So, last time I offered a few questions for meditation.
I also invited responses.
You were very quiet.
If you’re normally someone who likes to comment, your silence likely indicates one of two things. Either the questions were far to big to answer in a blog comment, or the answers seemed so obvious that it felt silly to even respond. If the former is true—I’m with ya. The significance of human desires is so mammoth in my estimation that even now I’m having a hard time deciding which direction to go in this follow up. If the latter is true—well…humor me as I fumble through the obvious. 🙂
Here’s my thinking: What if all human desires are fundamentally a reflection of things we were created for? What if it’s in the how and when we choose to pursue their fulfillment that things get messed up?
This is not a novel concept. Christians acknowledge that human appreciation for beauty arises from the reality that God is beautiful, and that he made beautiful things for us to enjoy. We recognize that our desire to be loved corresponds to the truth that we were created to be objects of God’s love. We even give a nod to the fact that our physical drives/desires are at least partially good—that though they’re just a concession for these “un-spiritual,” earthly bodies, they do promote survival, and encourage procreation.
Even with these admissions, however, I have observed that many believers carry around a vague, but nagging impression that all desires are somehow un-spiritual, even—and perhaps especially—the most profound yearnings of the human soul. Longings for intimate relationship, significance, unique value, gratifying work, and adventure are regarded with suspicion—often viewed as nothing more than glorified forms of selfishness, pride, worldly ambition, or ignorance.
Even if we entertain the thought that these desires are good and meant to be fulfilled, we assume that God’s intended fulfillment must be so “spiritual” and other that it bears very little resemblance to what we think we are actually longing for now. If we catch ourselves hoping or imagining that our existence in heaven will satisfy our current longings in any kind of recognizable way, we suppress it as a shameful indication of our own immaturity and presumption.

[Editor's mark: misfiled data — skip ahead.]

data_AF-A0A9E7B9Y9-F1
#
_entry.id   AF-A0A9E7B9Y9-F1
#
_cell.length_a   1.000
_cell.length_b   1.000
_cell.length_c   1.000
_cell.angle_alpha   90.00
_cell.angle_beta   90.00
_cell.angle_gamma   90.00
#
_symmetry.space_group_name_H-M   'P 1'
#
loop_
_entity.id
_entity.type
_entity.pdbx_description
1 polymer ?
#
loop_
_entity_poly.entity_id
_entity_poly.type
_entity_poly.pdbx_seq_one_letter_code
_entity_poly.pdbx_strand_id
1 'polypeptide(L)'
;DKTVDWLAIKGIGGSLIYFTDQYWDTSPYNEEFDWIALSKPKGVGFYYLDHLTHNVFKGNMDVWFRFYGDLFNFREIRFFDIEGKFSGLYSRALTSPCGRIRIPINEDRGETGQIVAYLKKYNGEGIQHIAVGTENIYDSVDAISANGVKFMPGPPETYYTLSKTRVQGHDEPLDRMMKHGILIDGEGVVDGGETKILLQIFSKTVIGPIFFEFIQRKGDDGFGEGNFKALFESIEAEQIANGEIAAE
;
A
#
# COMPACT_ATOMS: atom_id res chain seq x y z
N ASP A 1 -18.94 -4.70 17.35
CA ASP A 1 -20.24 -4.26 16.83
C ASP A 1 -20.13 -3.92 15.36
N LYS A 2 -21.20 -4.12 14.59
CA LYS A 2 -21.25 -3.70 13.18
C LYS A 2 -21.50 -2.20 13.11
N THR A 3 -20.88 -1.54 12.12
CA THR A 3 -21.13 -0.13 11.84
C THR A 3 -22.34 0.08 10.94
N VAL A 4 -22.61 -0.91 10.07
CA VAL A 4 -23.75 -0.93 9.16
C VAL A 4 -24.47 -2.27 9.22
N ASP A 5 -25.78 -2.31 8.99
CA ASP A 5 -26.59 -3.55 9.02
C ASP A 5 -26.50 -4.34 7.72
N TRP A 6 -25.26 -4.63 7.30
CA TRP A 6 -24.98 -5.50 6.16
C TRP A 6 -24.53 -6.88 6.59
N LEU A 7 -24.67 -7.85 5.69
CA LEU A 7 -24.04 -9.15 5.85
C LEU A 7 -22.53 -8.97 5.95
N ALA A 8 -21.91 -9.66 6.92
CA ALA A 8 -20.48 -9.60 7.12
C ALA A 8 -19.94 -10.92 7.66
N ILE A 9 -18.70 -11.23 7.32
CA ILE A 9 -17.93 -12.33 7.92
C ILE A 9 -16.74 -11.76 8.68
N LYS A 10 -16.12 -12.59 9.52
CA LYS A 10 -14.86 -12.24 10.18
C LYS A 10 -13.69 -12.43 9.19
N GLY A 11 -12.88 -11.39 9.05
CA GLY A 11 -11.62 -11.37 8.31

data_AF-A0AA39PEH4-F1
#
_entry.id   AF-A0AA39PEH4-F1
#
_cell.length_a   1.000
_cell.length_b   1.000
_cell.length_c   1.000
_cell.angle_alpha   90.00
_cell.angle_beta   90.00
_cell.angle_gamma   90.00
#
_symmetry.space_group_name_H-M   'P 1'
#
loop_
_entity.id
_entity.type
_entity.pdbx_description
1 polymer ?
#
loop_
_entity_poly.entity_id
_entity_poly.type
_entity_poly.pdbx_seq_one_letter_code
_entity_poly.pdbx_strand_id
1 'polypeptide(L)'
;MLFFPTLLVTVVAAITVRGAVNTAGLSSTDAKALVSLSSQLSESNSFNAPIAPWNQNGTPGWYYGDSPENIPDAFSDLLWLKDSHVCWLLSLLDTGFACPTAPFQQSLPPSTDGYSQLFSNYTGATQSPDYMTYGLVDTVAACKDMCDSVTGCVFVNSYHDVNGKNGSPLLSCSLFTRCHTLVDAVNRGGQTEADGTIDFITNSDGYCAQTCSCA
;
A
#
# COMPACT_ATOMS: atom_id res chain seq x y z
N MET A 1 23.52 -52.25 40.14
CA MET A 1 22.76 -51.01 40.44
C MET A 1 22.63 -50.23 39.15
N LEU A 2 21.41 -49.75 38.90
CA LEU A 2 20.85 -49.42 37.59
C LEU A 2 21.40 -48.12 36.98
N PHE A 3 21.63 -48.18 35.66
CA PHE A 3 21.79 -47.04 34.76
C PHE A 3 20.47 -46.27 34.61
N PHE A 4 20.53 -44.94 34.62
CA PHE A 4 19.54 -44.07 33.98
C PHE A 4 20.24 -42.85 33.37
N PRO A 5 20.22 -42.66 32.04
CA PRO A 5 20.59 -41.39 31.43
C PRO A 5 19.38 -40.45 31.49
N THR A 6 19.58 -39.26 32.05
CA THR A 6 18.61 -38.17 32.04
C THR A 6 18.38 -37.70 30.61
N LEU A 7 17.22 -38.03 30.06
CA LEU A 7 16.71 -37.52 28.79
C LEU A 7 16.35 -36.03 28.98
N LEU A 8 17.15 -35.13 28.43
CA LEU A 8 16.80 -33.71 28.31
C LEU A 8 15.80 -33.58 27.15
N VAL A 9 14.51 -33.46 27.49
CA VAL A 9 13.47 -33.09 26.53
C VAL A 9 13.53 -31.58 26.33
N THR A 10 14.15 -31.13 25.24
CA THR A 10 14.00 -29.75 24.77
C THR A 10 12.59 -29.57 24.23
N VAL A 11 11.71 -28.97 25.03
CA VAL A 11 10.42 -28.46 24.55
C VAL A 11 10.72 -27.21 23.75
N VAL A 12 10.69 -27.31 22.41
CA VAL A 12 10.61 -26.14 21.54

It’s true that the New Testament has plenty to say about the wickedness of the world and the of the flesh, but those terms refer to the current order of things under Satan’s rule, and to the propensity toward sin that mankind inherited at the fall. Those warnings and condemnations cannot be referring to the earth or to physical bodies—both of which are the result of God’s creative work.
Doesn’t Genesis describe God creating the man and the woman (spiritual beings) with physical bodies, and placing them in a physical world, with meaningful work to do? Didn’t he say they were made in his image and that it was very good? Didn’t he walk with them in the garden and enjoy unique relationships with them as distinct and significant individuals?
Isn’t heaven (as my friend at Delve pointed out) described in physical terms (city, rivers, buildings, vegetation, creatures, bodies, feasts, etc.)? Don’t the details of life in heaven include work, activity, sequence, process, and interaction?
Wouldn’t it be interesting if our desires aren’t evil or misguided—and they don’t suddenly cease or drastically alter when we arrive in heaven? What if we just stop pursuing them in wicked, painful, and destructive ways, and start enjoying them the way that man did before the fall—in a place much like this, with bodies not entirely unlike these, through activities and relationships much like the ones we engage in now?
I wonder if we have any very good reason for thinking that our desires are a deception and a distraction, keeping us from pursuing, understanding, or achieving true spirituality. Since God had good plans for us when he designed us, it makes sense that our core desires would compel us toward him—that the culmination of our deepest longings would recognizably correspond to the fulfillment of his intentions for us.
What do you think?
And how might our assumptions on this matter affect our approach to life, our understanding of God and his character, or our anticipation of eternity?